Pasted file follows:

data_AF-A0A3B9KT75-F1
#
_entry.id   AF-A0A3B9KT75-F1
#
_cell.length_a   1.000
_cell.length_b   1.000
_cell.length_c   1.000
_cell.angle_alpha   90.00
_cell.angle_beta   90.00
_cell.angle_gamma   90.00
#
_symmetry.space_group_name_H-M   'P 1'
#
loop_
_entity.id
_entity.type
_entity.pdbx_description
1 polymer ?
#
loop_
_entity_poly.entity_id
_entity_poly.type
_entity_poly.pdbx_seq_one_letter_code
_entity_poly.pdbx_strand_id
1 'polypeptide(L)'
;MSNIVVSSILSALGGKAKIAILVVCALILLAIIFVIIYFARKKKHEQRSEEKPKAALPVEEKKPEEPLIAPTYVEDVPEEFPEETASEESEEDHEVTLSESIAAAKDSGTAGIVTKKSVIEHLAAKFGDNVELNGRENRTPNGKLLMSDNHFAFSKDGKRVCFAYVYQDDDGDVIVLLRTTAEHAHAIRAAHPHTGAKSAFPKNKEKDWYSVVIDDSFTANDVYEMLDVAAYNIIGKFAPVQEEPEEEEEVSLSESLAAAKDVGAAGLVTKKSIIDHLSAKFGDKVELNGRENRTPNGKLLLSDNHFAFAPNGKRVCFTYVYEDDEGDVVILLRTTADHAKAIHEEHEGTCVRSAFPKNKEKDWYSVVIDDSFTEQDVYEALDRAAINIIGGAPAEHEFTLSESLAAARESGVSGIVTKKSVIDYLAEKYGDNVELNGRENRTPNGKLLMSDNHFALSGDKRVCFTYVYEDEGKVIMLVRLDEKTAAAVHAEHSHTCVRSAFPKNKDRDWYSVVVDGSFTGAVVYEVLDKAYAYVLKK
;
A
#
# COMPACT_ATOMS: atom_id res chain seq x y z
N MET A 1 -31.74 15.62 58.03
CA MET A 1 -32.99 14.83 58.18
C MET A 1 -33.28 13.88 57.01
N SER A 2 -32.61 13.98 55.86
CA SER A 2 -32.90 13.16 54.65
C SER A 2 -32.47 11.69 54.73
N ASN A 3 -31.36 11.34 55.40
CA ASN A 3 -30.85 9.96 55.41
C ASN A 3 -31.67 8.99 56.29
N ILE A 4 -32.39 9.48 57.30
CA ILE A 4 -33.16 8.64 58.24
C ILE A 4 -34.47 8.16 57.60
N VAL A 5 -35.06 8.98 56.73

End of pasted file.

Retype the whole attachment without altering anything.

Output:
data_AF-A0A3B9KT75-F1
#
_entry.id   AF-A0A3B9KT75-F1
#
_cell.length_a   1.000
_cell.length_b   1.000
_cell.length_c   1.000
_cell.angle_alpha   90.00
_cell.angle_beta   90.00
_cell.angle_gamma   90.00
#
_symmetry.space_group_name_H-M   'P 1'
#
loop_
_entity.id
_entity.type
_entity.pdbx_description
1 polymer ?
#
loop_
_entity_poly.entity_id
_entity_poly.type
_entity_poly.pdbx_seq_one_letter_code
_entity_poly.pdbx_strand_id
1 'polypeptide(L)'
;MSNIVVSSILSALGGKAKIAILVVCALILLAIIFVIIYFARKKKHEQRSEEKPKAALPVEEKKPEEPLIAPTYVEDVPEEFPEETASEESEEDHEVTLSESIAAAKDSGTAGIVTKKSVIEHLAAKFGDNVELNGRENRTPNGKLLMSDNHFAFSKDGKRVCFAYVYQDDDGDVIVLLRTTAEHAHAIRAAHPHTGAKSAFPKNKEKDWYSVVIDDSFTANDVYEMLDVAAYNIIGKFAPVQEEPEEEEEVSLSESLAAAKDVGAAGLVTKKSIIDHLSAKFGDKVELNGRENRTPNGKLLLSDNHFAFAPNGKRVCFTYVYEDDEGDVVILLRTTADHAKAIHEEHEGTCVRSAFPKNKEKDWYSVVIDDSFTEQDVYEALDRAAINIIGGAPAEHEFTLSESLAAARESGVSGIVTKKSVIDYLAEKYGDNVELNGRENRTPNGKLLMSDNHFALSGDKRVCFTYVYEDEGKVIMLVRLDEKTAAAVHAEHSHTCVRSAFPKNKDRDWYSVVVDGSFTGAVVYEVLDKAYAYVLKK
;
A
#
# COMPACT_ATOMS: atom_id res chain seq x y z
N MET A 1 -31.74 15.62 58.03
CA MET A 1 -32.99 14.83 58.18
C MET A 1 -33.28 13.88 57.01
N SER A 2 -32.61 13.98 55.86
CA SER A 2 -32.90 13.16 54.65
C SER A 2 -32.47 11.69 54.73
N ASN A 3 -31.36 11.34 55.40
CA ASN A 3 -30.85 9.96 55.41
C ASN A 3 -31.67 8.99 56.29
N ILE A 4 -32.39 9.48 57.30
CA ILE A 4 -33.16 8.64 58.24
C ILE A 4 -34.47 8.16 57.60
N VAL A 5 -35.06 8.98 56.73